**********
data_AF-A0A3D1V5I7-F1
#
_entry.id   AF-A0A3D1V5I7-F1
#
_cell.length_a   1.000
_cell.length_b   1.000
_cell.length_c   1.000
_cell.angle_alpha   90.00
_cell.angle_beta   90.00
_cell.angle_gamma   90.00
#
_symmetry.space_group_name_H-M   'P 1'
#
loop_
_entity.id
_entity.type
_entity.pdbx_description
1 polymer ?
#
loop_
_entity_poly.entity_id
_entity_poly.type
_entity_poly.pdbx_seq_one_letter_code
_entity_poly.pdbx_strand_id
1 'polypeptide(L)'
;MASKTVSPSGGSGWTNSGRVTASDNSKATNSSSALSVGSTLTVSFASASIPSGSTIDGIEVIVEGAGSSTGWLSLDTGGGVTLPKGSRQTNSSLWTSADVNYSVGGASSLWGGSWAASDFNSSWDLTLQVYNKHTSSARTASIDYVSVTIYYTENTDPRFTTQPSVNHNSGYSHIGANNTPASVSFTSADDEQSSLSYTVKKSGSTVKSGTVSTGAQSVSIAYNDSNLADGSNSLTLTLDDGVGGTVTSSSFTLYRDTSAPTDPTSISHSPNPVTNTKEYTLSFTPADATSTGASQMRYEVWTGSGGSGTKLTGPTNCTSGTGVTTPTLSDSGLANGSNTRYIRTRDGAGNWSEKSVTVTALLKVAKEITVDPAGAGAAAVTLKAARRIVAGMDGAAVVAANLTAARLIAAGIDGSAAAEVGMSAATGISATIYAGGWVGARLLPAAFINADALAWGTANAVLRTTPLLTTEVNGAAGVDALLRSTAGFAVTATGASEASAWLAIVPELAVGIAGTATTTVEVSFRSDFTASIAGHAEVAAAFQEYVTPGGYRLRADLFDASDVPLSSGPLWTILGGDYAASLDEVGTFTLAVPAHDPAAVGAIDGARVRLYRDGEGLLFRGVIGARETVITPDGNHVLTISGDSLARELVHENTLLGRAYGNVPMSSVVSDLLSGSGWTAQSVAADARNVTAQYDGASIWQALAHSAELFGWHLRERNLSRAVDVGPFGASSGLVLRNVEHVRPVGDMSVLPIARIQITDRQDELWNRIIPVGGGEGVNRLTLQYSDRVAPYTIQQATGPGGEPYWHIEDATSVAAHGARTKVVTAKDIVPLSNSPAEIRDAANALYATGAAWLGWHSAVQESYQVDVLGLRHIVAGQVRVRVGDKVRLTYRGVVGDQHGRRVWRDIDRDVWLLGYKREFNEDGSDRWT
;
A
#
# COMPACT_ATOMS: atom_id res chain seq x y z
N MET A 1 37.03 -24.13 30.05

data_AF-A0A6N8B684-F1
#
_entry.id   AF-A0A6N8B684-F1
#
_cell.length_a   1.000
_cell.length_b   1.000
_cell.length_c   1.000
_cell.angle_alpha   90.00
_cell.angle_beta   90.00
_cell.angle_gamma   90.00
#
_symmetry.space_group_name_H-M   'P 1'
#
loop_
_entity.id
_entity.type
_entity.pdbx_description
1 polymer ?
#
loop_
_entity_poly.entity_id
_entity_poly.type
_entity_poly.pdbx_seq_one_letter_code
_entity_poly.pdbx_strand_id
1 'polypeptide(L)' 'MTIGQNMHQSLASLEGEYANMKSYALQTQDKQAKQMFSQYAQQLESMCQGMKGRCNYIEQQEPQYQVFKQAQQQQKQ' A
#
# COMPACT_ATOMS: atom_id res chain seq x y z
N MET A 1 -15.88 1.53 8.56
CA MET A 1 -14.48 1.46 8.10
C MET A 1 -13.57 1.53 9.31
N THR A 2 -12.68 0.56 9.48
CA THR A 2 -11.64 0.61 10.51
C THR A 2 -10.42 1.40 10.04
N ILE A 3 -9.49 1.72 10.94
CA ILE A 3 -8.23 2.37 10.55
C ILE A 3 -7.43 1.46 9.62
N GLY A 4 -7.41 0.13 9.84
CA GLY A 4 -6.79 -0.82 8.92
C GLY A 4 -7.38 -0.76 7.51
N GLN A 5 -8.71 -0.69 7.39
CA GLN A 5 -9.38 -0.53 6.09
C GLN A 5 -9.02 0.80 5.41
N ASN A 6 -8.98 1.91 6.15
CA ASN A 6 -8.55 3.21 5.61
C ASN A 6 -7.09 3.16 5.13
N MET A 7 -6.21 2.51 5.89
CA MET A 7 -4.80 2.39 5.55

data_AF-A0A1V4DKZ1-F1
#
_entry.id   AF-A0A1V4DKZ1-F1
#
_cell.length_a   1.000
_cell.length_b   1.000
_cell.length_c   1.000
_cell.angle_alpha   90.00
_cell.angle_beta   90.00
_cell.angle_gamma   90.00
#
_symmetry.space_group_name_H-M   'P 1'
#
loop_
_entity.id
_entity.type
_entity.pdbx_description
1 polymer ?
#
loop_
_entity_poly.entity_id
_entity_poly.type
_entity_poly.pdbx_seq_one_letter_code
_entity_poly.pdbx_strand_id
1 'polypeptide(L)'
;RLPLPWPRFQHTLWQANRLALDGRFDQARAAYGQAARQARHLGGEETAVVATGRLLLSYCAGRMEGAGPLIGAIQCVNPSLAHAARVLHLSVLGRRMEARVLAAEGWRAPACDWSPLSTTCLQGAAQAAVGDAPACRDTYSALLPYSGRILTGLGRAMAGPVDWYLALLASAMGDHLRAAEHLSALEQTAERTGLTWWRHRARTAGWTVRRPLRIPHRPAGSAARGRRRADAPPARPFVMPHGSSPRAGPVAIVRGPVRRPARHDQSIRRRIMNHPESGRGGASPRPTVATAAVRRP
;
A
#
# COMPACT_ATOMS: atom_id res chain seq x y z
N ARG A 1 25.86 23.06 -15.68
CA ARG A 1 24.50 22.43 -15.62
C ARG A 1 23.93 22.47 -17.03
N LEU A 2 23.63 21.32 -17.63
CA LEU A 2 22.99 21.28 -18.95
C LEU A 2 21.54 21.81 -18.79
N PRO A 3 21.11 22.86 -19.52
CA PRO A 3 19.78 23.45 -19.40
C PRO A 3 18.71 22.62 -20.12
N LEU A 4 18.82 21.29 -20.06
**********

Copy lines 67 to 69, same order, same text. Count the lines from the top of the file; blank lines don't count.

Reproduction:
C ILE A 3 -7.43 1.46 9.62
N GLY A 4 -7.41 0.13 9.84
CA GLY A 4 -6.79 -0.82 8.92